State Rep. Jackie Toledo posted her top fundraising totals so far this year for campaign finance activity covering the month of October, reports released Tuesday show.
Toledo raised $71,900, topping her previous record setting month in February when she raised $46,600.
Toledo’s total fundraising this year is now at more than $178,000. Of that she’s spent about $74,000, leaving her with more than $100,000 left to spend as she now faces a challenger.
Democrat Julie Jenkins is challenging Toledo for her House District 60 seat representing parts of Tampa. Jenkins does not have to file a campaign finance report until next month because she just entered the race last week and could not have raised funds in October.
Toledo collected 114 total individual contributions averaging $639 each. Fewer than 10 contributions were less than $100, meaning the incumbent Republican is targeting top-dollar contributors.
Several groups, individuals and companies contributed the maximum $1,000 to Toledo’s campaign. She brought in top-dollar contributions from the Casper family, which owns the largest number of McDonald’s franchises in the region, as well as from Duke Energy, political committees representing statewide Realtor, police and firefighters, pharmaceutical giant Novartis, Marathon Petroleum, communications companies Comcast and Frontier and two lobbying firms controlled by Tampa area lobbyist Ron Pierce.
Other maximum contributions came from Hillsborough County Sheriff Chad Chronister, Kimmins Contracting and Ajax paving, among several others.
Toledo was first elected to the Florida House in 2016 and reelected in 2018. Representatives can serve a total of four two-year terms.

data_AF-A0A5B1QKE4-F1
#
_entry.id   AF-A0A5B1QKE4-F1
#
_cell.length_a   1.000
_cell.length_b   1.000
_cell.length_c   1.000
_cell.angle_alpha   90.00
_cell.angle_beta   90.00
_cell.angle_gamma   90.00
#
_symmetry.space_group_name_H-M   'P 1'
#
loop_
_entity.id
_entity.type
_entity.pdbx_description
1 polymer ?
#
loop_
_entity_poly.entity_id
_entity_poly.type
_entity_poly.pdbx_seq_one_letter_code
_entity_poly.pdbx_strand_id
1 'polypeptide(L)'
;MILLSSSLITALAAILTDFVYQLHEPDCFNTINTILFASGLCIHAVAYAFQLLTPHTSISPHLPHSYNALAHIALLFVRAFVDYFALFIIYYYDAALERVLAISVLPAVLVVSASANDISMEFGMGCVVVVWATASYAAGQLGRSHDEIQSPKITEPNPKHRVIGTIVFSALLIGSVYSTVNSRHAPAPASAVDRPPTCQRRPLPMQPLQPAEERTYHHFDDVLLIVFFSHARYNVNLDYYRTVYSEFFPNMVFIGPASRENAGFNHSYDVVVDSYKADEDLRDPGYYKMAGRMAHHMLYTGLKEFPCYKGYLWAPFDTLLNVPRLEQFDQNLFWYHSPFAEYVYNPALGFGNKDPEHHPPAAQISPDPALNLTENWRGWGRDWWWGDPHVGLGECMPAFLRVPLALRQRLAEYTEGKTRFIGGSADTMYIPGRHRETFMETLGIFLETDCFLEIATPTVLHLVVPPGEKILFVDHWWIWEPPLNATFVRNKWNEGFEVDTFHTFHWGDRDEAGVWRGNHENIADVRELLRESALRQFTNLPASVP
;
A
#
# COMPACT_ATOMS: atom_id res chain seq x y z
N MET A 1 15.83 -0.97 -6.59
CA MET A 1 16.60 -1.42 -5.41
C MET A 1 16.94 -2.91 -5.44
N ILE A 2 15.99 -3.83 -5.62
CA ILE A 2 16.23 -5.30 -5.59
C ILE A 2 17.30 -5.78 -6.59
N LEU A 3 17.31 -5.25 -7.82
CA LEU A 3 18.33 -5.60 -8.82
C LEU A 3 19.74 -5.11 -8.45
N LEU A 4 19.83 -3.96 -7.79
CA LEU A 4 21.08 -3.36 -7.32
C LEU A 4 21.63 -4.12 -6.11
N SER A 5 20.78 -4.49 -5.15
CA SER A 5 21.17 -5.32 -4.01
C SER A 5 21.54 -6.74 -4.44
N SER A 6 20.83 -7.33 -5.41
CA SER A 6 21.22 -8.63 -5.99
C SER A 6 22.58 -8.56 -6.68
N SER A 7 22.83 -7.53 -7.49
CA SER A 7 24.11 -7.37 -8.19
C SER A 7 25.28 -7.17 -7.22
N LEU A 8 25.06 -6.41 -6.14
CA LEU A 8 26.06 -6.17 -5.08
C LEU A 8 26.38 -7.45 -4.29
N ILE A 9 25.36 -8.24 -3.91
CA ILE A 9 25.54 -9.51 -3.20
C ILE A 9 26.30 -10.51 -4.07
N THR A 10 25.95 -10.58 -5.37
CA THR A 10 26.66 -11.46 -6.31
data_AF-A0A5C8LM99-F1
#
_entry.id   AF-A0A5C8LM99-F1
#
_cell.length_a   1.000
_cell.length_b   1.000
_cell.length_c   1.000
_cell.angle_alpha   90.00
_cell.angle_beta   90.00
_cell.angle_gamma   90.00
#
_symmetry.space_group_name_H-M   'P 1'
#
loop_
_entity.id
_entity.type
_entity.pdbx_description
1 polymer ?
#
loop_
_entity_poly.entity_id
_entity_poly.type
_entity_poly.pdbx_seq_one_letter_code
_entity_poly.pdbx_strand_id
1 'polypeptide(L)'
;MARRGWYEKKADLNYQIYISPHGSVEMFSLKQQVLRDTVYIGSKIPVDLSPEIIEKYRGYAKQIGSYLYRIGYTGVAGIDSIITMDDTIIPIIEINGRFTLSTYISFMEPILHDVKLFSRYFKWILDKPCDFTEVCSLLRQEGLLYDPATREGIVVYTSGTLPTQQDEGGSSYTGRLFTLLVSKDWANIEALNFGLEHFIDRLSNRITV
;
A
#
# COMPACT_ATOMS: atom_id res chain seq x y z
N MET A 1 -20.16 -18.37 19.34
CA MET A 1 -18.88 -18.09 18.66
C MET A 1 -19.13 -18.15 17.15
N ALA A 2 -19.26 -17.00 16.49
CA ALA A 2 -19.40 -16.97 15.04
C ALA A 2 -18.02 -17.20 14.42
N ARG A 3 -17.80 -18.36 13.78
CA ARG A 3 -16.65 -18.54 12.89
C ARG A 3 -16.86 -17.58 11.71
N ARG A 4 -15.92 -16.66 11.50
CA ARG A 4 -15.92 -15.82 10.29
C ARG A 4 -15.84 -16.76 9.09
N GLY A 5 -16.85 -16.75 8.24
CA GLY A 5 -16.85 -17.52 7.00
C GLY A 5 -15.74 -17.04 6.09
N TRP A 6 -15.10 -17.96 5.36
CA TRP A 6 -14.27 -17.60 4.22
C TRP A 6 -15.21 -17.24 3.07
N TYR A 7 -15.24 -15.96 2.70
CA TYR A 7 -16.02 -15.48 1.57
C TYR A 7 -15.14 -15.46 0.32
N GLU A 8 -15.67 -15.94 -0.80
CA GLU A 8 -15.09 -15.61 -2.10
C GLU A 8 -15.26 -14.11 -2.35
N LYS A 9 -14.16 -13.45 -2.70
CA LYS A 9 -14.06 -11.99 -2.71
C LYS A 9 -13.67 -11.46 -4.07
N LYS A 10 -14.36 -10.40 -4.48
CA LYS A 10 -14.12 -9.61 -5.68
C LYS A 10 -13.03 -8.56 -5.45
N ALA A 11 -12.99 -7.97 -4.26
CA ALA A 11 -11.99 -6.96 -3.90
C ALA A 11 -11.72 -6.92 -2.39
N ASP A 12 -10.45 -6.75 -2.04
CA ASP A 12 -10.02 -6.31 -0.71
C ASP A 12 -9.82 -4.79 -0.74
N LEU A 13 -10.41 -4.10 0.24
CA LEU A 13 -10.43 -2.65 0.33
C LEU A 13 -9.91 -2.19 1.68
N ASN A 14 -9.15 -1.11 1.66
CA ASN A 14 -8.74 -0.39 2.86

Toledo is coming off a successful 2019 Legislative Session in which, among other legislation, she helped usher in a long-anticipated texting while driving ban, one of the year’s most high-profile pieces of legislation. Lawmakers have been trying for years to pass a bill that would make texting while driving a primary offense. Prior to Toledo’s legislation, which garnered bipartisan support, the offense was secondary, meaning law enforcement officers could only ticket drivers if they were pulled over for another primary offense like speeding or running a red light.
This year, Toledo is one of several in a bipartisan group backing LGBT+ workplace protections.
Jenkins faces a tough challenge in Toledo. As the incumbent, Toledo has access to donors with deep pockets. The district also favors Republicans by about 6,500 voters. Of the districts 124,000 registered voters, about 47,000 are Republicans while only 40,500 are Democrats.
Toledo defeated a Democratic challenger last year. She bested Debra Bellanti with 52 percent of the vote.